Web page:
Anyhoo…with simplifying comes more time. Not huge chunks, at first, like hours at a stretch, but minutes and moments. Pockets of time where things are quiet. Still. Which reminds me of my fall-back scripture for everything:
Be still and know that I am God.
I cannot tell you how many times this scripture has calmed the chaos in my brain.
Stillness is one character trait of God. He is quiet and orderly and smooth. He brings peace into our lives, not disorder and mayhem. When I have too much on my plate, disorder is what I feel. Commotion and jumble. I have to say, I have experienced those things too much the past year. The Rosary and Mama Mary have made me aware of that lately. So, I’m making some changes. Starting with Christmas.
Without so much holiday preparation and “show” (for lack of a better word), I’m enjoying some down time this week. My husband and I watched a new version of A Christmas Carol (on FX) yesterday (spookier than earlier versions, but good.) I’m making a point to play soothing holiday music on Pandora (Josh Groban has the best stuff, IMHO.) I spent a quiet afternoon making a holiday stocking for our 6-month old grandson, praying for him as I worked. It was a precious time.
Today, there is no last-minute rush before a Christmas Eve visit with my folks.
There is a season to all things, and for years, while raising three youngin’s, I embraced the optional extravagance of the holiday season. I loved it. There’s nothing wrong with all the extras.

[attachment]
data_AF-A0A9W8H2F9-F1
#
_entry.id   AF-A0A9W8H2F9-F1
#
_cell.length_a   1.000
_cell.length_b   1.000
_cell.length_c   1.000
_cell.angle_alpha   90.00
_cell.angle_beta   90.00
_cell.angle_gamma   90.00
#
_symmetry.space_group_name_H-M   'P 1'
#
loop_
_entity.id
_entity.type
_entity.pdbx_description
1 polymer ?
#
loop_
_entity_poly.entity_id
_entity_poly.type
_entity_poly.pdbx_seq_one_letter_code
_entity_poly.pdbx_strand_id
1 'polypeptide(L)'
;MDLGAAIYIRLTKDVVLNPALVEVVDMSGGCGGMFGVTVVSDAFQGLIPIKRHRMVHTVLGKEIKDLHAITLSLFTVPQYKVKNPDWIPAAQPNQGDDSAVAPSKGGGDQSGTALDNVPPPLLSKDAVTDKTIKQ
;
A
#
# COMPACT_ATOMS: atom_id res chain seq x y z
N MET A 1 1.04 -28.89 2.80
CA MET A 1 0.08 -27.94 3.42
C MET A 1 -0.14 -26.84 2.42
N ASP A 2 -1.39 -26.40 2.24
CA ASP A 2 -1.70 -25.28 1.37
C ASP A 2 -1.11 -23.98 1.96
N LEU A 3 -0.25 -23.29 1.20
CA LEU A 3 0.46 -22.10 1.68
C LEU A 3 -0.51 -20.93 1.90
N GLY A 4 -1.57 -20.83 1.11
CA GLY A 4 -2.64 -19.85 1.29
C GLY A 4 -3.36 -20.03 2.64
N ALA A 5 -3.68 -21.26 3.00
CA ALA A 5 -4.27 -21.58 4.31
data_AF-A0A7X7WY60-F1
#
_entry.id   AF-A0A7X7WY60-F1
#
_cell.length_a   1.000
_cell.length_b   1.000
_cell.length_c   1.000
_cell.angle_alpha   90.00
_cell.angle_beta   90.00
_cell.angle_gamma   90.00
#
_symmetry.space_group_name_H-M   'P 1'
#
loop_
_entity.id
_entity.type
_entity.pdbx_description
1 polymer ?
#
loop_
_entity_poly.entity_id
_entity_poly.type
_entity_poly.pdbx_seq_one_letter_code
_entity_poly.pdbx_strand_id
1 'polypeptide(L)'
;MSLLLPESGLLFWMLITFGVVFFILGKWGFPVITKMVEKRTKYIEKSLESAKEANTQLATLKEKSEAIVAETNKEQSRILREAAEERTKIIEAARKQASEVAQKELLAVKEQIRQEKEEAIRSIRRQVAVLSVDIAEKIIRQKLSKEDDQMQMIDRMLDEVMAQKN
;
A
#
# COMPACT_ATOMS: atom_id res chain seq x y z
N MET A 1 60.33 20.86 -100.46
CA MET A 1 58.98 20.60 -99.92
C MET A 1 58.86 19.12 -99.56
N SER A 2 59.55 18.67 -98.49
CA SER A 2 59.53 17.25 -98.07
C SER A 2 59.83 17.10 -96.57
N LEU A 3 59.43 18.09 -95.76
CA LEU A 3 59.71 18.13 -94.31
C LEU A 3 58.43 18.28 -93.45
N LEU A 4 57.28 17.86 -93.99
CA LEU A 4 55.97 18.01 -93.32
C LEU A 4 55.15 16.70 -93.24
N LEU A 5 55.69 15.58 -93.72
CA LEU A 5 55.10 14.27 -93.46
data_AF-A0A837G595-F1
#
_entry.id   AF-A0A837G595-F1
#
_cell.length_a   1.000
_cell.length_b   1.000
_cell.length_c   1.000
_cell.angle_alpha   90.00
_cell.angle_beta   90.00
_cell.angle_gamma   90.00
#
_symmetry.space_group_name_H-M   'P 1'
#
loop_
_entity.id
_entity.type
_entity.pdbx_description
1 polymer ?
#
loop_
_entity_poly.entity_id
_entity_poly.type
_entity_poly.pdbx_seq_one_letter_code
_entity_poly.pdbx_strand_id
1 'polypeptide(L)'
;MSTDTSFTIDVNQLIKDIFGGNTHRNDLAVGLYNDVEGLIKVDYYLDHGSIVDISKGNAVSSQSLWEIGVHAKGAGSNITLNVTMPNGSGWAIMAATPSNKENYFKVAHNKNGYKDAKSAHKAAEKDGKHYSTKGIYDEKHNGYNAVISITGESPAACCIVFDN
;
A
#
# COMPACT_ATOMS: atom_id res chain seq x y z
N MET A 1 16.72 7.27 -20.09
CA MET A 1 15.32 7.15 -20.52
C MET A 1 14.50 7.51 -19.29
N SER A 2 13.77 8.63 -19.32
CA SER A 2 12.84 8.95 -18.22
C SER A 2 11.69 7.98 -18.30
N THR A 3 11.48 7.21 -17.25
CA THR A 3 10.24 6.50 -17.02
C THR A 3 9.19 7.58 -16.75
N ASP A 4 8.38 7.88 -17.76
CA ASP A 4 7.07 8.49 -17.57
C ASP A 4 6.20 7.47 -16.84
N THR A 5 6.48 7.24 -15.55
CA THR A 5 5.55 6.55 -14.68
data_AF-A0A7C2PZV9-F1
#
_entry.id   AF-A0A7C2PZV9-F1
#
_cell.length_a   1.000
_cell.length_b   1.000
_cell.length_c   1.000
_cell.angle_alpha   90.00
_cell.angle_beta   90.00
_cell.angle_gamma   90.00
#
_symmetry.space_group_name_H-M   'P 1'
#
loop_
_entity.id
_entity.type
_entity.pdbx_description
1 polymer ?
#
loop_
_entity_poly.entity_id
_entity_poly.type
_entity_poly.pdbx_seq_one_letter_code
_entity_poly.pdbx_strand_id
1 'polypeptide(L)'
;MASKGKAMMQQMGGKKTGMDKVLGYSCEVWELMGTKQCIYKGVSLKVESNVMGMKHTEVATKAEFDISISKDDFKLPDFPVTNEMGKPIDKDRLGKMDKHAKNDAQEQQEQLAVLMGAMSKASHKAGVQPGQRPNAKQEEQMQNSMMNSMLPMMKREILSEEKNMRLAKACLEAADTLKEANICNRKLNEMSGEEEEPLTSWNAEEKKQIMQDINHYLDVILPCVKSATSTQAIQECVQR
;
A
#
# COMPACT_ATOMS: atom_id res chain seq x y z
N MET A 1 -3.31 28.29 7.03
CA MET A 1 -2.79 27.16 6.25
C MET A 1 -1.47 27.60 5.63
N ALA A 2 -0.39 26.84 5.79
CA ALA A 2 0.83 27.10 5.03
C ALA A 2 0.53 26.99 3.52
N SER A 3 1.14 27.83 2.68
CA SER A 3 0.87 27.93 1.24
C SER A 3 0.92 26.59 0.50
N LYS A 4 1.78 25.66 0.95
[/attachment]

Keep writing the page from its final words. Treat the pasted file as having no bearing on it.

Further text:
I’m simply entering a different season, and I love it too.
I’m reflecting more on the yet unwed, likely teen-aged Mary, lumbering through a foreign countryside in search of a comfortable place to deliver her baby. She would not find it, but instead, an unclean, makeshift stable with smelly animals nearby. I cannot fathom birthing a child on dirty stone, or possibly hay, groaning in agony as the grip of labor takes hold. The doubts and fears that must have gripped Mary’s heart as well. How I revere her efforts and sacrifice.
I think of Joseph, who doesn’t get the credit he deserves. He had fears of his own, the scandal of this mystery pregnancy, being yoked to this young girl due to an angel’s command. What a crazy story. But he stayed the course. Joseph is the hero in this journey.
There is nothing like a newborn to bring hope and promise into the world. We were blessed with a newborn grandson in May, and he is pure innocence and perfection straight from Heaven. All babies are.
I imagine the infant Jesus, as fresh and snuggly as this little guy, but delivered into very different circumstances. In spite of the squalid surroundings – no eggnog, Christmas cookies, or greeting cards – Jesus was equally loved and swaddled and nourished.
There was sparkling Christmas light on that historic eve – a luminous star that drew strangers to come meet this newborn. And there was divine music – angels singing in celebration of this new life that would save us from ourselves.
However you prepare for and celebrate Christmas, I pray your heart is refreshed and renewed by the pure and tender babe that arrived modestly and unadorned in an unsanitary shack.
That’s what Christmas is all about, Charlie Brown.